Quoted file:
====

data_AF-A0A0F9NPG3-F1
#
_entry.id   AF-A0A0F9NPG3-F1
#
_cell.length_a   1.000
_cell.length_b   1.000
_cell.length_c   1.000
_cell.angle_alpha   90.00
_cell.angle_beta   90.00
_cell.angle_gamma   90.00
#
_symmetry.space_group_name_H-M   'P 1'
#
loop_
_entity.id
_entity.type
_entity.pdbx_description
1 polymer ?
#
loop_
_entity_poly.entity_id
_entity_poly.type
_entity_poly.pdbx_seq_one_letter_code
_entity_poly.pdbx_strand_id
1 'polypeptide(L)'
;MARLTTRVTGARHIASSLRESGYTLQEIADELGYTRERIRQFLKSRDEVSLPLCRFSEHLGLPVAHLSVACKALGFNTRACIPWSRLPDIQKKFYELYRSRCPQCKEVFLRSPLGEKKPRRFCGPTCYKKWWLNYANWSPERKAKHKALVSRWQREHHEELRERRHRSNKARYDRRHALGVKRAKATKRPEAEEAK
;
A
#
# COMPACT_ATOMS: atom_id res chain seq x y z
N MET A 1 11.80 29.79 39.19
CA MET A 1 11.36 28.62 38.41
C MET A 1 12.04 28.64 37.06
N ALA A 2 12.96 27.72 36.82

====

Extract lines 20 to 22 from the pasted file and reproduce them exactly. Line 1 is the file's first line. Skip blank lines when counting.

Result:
loop_
_entity_poly.entity_id
_entity_poly.type